Happy Birthday Alwickbury 70 years old
It was around seventy years ago when the grand family mansion, Alwickbury, came up for sale and was identified as being suitable as a school house. Despite initial gloomy forecasts that Alwickbury was too big for a school and would surely fail, but now, 70 years on in 2018, the school is still around and is as successful as ever, confounding those earlier prophets of doom.
It was Kenneth Castle and Brian Chidell who took the chance to move Lea House, their small school into the much larger premises at Alwickbury.
This act, along with the dedication of Castle and Chidell (picture below), not only ensured that the school survived but that it began to flourish.
Over the years that followed, there has been much building work and various headmasters, all working towards the same goal to improve the school for its staff and pupils, creating more modern facilities for efficiency and learning.
Claire Hales, wife of the current Headmaster, Vernon Hales, has been through some old paperwork and has shared just a few recollections and ramblings from past pupils, telling of their experiences during their school years; and extracts and snippets of these are below.
They say that school years are the best years of your life... Has Aldwickbury got it right?
Read on and judge for yourselves.
“It is hard to believe that so many years have passed since I and some seventy or eighty other excited Lea House boys arrived at Aldwickbury School for the first time. Whilst the modern Aldwickbury spreads over a great range of building and facilities, in 1948 the only buildings on the site were the main house and the stable block. Yet to us, the ‘new school’ with its spacious grounds seemed vast after the cramped premises we had occupied in the old school in Ox Lane. We were especially fascinated by the mysterious grotto which opened from the conservatory and were very disappointed that this was strictly ‘out of bounds’.
Those early days of Aldwickbury were immensely happy and I owe a great deal to a school which gave me such a good academic grounding and, more importantly, taught me about kindness, good manners and my responsibilities as a good citizen. In these respects, Aldwickbury has not changed at all.”
Giles Slaughter, Old Boy 1945 – 49 and Aldwickbury Governor
“We are often asked for our memories of our schooldays. In my case, one that stands out from my wonderful Aldwickbury years is from the late 1950’s.
In Matron’s Office along the corridor, apart from bandages, plasters, TCP, Dettol and all the other accoutrements of a First Aid service, was a built-in cupboard and in there was an old biscuit tin.
If memory serves me right, Matron would dole out biscuits to any poor, sickly souls who
had suffered a splinter or had a bit of a headache, to go with the all-curing cup of sweet tea.
But I knew better… and I knew what time Matron went downstairs to her own tea. So I would sneak in while I knew/hoped no one was watching and gently open the lid of the tin as quietly as possible and nick 2 or 3 bickies.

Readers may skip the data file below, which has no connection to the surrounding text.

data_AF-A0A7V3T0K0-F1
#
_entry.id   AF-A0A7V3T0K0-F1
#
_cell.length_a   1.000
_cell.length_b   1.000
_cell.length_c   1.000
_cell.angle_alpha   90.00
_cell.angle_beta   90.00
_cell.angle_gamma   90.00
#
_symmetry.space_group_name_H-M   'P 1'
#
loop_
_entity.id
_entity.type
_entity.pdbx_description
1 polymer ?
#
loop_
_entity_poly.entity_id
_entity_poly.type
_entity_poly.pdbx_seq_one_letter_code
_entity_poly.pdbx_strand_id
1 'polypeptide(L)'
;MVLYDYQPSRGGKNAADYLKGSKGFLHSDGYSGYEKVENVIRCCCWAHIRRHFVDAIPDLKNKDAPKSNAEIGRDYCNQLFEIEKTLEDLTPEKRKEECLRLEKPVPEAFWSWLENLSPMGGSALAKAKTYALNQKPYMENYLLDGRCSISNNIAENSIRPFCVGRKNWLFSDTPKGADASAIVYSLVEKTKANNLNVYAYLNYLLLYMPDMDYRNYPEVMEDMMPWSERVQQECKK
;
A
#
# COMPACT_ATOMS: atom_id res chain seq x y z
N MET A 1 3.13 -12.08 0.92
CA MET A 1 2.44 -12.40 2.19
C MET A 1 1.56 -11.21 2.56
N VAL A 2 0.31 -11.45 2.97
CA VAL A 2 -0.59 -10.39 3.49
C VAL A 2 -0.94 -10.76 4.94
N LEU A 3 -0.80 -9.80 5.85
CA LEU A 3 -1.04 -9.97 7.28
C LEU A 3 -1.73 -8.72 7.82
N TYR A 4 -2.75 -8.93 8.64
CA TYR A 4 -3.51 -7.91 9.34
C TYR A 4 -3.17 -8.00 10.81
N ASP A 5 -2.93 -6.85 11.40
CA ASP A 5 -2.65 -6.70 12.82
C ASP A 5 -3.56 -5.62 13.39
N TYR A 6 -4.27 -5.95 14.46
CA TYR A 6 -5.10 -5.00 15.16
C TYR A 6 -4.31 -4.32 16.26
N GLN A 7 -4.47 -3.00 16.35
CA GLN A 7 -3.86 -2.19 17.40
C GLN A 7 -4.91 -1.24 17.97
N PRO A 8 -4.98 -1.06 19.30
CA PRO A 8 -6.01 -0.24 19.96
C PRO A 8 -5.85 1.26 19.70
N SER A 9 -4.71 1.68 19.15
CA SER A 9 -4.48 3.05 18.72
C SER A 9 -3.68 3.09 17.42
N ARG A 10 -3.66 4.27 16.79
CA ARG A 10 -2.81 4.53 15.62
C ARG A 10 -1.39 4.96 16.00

But things were about to change... I slid soundlessly in, as usual, opened the tin as usual - and was horrified to find a handwritten note on top of the biscuits, with the short, but all-powerful message: “Fingleton – Stop Stealing the Biscuits!”
On reflection, maybe that’s why I’ve been known as “Fingers” all my life. (And I thought it was down to a typical schoolboy foreshortening of my surname!)
Happy times at a wonderful school – and seemingly equally wonderful today.
John “Fingers” Fingleton”
“I am sitting sweaty-palmed on one of those hard-backed chairs in an Aldwickbury
morning assembly. We have belted out "Immortal, Invisible, God only Wise" to the sound of our brand new chapel organ. Only the nervous shuffling of seats now breaks the silence as the Headmaster - not Mr Hales, but Mr Chidell - opens his big book of numbers. Then, as 180 boys wait with bated breath to hear their name, he starts reading aloud.
It is 1970. Astronauts have just landed on the moon. Elvis Presley is number 1 in the
charts. Our older brothers are hippies with long hair and flared jeans. British soldiers are
tied down in Northern Ireland. England have agonizingly lost to Brazil in the World
Cup semi- final.
But, looking back, it was a gem of a prep school, driven by the enormous personality and charisma of its leader and founder, Brian Chidell. He had been a World War 2 tank driver, was potty about Gilbert and Sullivan operas and delivered great sermons on education in the annual magazine. He believed passionately in the all-round and not just academic education of boys - a good legacy that I still see in Aldwickbury today.
So the moral of the story is perhaps this - let's not forget just how important these Aldwickbury years are in the life of our boys and to their futures. The experiences, good and bad, may be remembered for many, many years to come.” Adrian Strain
Headmaster Vernon Hales said, “ I am proud to be Headmaster at our amazing school as we strive to maintain our inherited values and traditions and Aldwickbury reaches the grand age of seventy years old.”